This paper was written for ENG 373: Terrible Beauty, Yeats and Modern Poetry, and was intended to be an informed argument about a topic of our choice, situating ourselves in the critical conversation and making a claim of our own.

In traditional love poetry, poets often idealize and idolize the object of the speaker’s love and the love itself. Take this section of William Shakespeare’s “Sonnet 65” for example: “O, none, unless this miracle have might, / That in black ink my love may still shine bright” (Shakespeare, lines 13-14). In the context of the sonnet, the speaker is proclaiming that, despite the horrors of the world and the tyranny of time, this declaration of his love will persevere and shine through the endless darkness. He clearly exaggerates the power of love, as it cannot recapture time and innocence lost in reality, but these embellished sentiments mark oft quoted, beloved love poems and songs. However, Mina Loy, as the ideal modern woman at the turn of the twentieth century—having numerous love affairs, perpetually traveling internationally, and writing controversial poems—subverts these traditional tropes and expectations of love poems throughout her work.

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From Deeply Personal to Aggressively Aesthetic: The Transformation of Yeats’s “When You Are Old”

This short paper was written for ENG 373: Terrible Beauty, Yeats and Modern Poetry, and was intended to be a Materialist/Historicist Analysis of the poem of our choice.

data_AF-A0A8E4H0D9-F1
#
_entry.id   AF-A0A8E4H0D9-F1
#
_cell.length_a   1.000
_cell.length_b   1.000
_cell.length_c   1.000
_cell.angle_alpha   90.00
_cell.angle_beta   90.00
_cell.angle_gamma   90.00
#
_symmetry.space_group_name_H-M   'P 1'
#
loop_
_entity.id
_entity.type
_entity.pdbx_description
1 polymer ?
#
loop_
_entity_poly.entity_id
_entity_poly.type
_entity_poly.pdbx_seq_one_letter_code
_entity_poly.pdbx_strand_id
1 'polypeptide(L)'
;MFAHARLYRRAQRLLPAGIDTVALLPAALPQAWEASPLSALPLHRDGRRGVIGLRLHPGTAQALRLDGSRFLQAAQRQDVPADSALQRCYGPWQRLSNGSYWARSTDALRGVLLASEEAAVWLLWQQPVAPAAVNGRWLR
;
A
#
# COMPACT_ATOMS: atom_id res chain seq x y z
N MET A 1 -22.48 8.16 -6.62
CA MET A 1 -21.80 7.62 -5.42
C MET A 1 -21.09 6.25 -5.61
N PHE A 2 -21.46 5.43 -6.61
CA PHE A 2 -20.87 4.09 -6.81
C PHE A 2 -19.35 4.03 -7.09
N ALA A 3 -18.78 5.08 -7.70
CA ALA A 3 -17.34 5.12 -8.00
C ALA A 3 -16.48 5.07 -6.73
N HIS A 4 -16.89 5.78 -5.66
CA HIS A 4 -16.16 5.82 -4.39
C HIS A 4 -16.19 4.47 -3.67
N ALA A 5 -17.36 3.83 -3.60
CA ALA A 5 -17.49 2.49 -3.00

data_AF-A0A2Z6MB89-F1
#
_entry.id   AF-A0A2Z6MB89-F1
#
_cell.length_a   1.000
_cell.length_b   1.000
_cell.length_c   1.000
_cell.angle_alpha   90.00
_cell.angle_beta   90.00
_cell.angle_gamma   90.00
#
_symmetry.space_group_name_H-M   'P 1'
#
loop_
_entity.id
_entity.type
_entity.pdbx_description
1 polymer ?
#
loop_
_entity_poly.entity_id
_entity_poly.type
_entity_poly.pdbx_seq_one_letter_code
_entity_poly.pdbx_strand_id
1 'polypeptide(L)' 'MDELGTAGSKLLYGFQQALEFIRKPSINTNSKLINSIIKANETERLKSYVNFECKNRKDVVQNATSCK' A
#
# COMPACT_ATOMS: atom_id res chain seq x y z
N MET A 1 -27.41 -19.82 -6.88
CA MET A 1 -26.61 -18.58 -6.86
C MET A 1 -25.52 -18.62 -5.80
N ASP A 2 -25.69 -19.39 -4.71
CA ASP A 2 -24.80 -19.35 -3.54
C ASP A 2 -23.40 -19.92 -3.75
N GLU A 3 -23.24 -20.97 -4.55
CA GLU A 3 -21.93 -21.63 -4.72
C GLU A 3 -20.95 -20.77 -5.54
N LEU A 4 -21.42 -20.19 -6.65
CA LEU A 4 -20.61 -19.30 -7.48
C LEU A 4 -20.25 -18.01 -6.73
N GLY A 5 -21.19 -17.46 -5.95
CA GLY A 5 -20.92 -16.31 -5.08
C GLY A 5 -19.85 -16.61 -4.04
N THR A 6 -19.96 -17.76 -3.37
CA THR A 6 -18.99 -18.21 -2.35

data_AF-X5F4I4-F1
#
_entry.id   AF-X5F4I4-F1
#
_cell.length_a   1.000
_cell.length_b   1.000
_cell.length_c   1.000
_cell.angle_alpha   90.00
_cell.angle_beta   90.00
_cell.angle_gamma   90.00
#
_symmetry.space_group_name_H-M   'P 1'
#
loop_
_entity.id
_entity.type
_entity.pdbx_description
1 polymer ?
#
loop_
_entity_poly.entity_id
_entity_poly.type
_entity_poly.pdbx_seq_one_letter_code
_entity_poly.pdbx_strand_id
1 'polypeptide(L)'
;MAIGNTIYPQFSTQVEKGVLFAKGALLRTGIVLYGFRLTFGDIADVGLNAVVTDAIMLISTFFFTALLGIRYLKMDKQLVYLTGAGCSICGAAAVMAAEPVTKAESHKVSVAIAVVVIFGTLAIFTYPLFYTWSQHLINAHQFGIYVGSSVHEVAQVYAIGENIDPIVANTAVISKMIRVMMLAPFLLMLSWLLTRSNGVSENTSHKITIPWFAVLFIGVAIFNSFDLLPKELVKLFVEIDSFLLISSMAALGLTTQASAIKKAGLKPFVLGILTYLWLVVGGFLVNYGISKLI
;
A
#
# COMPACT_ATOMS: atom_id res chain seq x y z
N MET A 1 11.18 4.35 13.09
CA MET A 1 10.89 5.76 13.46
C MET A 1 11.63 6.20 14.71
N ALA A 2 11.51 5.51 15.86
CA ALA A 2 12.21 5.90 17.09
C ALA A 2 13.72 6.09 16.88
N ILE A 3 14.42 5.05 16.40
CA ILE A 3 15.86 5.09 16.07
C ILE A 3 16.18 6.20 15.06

Since its composition in the late nineteenth century to woo a love interest to its status as the title poem of a collection of Yeats’s work, “When You Are Old” has drastically transformed in representation and intention over the course of its existence in print. Yeats first composed his iconic poem in 1891 for an informal manuscript volume that he gave to Maud Gonne as a token of his affection.  He titled this volume “The Flame of the Spirit.” It had a vellum cover with the title pressed in gold onto the front and originally contained seven poems, with “When You Are Old” as the final poem in the collection (Gould and Toomey, 124-25).

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Stolen Histories: Anatoly and Queer Narratives in Russia

This paper was written for WRI 101: Undesirables, Otherness & Belonging, and was the final paper for that class in which we were encouraged to synthesize a variety of source material and themes that we had discussed throughout the semester.

In June of 2013, The Russian legislature passed the now infamous “gay propaganda law,” which banned the expression of non-traditional (non-heterosexual) identities to minors and has resulted in significant oppression of the queer population in Russia.1 The law, passed under the guise of protecting youth, was enacted shortly before the 2014 Winter Olympics in Sochi, drawing international attention and outrage. But it is only the most recent manifestation of a long history of queer oppression in Russia. In this paper, I seek to explore how persistent, systematic otherness has buried queer Russian histories and examine the steps some queer Russians are taking to reclaim these histories as their own.